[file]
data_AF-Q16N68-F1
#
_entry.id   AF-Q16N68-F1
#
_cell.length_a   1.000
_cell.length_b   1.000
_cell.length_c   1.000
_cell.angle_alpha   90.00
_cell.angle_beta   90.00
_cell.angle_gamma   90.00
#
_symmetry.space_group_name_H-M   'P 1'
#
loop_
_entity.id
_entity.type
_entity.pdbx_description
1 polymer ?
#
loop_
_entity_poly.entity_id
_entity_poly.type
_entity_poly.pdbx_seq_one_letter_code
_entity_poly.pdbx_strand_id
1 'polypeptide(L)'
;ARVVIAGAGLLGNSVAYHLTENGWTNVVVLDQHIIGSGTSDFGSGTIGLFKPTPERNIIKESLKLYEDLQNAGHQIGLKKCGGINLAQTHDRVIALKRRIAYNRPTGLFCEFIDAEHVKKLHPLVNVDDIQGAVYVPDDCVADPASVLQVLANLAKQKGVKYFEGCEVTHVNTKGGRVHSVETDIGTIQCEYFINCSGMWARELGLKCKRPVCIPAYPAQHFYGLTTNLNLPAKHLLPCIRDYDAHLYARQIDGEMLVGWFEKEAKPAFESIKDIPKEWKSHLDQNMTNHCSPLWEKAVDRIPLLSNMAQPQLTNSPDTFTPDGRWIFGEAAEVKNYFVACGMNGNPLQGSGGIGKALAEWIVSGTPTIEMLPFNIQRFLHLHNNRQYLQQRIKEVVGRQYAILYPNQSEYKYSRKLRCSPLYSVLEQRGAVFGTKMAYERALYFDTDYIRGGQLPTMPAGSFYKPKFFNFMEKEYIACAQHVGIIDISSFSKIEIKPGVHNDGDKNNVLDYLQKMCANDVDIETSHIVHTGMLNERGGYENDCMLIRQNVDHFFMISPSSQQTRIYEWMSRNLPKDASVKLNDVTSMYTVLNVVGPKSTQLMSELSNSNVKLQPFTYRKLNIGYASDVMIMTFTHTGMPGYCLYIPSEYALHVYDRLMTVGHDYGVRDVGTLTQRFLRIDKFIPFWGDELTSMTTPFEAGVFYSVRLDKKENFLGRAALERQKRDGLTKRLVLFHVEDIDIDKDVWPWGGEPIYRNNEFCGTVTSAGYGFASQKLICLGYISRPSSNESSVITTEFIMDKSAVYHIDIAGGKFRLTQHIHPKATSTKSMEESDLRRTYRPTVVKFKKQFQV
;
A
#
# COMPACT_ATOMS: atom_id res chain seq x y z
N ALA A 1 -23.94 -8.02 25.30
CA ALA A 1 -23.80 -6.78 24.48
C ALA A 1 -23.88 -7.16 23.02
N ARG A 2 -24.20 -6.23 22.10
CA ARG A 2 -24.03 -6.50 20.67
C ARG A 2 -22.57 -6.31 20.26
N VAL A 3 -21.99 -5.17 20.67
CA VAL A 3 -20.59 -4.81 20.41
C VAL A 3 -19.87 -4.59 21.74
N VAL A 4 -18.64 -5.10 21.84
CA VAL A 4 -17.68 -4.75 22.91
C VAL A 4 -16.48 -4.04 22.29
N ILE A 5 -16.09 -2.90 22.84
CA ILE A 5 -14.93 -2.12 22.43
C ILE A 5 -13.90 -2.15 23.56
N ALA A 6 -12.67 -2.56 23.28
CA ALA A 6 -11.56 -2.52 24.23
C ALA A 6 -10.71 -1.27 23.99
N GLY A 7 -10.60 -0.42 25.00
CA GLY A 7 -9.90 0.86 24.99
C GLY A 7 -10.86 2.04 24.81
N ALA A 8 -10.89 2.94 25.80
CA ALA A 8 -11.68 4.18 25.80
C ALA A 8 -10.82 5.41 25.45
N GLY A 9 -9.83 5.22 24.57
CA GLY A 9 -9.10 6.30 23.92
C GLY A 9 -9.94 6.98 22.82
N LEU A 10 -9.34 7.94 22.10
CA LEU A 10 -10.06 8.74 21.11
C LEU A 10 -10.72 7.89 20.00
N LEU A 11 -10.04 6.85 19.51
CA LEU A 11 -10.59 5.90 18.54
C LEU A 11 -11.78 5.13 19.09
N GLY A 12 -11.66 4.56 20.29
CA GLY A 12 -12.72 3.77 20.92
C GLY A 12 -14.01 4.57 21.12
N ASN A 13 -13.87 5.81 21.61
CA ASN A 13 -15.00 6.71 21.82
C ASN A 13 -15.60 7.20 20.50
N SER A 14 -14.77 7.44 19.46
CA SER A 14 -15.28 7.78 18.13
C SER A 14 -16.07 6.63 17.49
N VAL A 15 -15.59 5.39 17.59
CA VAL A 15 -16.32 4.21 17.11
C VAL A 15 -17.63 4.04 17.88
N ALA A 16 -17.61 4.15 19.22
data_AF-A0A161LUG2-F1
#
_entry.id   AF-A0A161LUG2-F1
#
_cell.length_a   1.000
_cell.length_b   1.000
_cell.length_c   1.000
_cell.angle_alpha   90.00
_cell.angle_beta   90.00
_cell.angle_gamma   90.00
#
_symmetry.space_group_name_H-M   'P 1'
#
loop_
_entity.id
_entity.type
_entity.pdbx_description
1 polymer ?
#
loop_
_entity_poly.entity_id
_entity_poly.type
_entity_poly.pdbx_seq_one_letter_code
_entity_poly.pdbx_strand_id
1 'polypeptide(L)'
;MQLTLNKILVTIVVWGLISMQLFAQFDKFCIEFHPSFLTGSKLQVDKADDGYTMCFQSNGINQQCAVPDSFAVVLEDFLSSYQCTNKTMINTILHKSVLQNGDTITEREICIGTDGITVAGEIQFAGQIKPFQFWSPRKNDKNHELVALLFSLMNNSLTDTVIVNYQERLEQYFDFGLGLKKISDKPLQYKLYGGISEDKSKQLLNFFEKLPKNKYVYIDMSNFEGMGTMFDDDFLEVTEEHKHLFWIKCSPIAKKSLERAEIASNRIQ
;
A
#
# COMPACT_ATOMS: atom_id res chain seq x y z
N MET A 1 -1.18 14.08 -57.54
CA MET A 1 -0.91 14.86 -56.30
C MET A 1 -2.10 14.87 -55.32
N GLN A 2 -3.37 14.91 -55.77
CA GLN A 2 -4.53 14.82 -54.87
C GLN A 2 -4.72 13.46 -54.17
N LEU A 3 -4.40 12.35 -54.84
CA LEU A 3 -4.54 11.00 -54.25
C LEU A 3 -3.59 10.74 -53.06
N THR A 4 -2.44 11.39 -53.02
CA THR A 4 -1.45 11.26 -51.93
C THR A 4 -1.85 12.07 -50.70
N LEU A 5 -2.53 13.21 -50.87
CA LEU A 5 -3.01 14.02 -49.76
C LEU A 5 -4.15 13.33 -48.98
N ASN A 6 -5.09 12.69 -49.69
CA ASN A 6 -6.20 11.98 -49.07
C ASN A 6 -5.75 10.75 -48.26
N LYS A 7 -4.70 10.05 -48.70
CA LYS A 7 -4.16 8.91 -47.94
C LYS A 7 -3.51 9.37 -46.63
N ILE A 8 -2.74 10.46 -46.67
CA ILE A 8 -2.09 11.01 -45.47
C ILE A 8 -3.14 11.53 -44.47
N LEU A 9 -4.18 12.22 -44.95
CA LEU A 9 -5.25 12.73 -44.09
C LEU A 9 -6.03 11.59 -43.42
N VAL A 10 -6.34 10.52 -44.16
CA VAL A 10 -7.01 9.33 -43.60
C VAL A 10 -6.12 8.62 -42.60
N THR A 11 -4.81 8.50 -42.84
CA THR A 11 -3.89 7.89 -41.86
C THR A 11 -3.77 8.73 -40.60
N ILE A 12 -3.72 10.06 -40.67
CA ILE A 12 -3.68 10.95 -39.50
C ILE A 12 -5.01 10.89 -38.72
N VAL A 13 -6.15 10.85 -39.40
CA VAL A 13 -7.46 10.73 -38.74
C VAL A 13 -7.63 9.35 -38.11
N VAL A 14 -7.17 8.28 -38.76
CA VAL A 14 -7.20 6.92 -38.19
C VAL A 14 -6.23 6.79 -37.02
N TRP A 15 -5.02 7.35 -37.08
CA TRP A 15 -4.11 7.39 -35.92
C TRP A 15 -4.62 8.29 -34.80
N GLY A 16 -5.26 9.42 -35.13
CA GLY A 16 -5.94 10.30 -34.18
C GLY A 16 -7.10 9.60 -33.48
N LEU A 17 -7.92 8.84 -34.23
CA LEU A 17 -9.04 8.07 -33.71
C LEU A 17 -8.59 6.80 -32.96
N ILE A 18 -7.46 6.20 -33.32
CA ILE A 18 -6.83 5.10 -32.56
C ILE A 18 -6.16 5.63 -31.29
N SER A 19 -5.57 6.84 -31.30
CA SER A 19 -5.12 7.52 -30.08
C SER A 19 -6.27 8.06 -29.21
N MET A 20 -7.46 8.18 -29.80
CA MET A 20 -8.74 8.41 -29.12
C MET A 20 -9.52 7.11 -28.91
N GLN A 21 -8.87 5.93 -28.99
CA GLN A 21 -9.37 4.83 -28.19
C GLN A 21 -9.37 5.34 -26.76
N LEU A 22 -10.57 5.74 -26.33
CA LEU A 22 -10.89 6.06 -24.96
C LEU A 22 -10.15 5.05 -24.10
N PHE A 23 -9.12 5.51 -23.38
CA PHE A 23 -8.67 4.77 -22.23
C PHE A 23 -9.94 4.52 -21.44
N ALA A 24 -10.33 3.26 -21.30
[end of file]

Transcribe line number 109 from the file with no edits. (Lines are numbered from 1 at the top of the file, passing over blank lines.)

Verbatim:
C MET A 1 -2.10 14.87 -55.32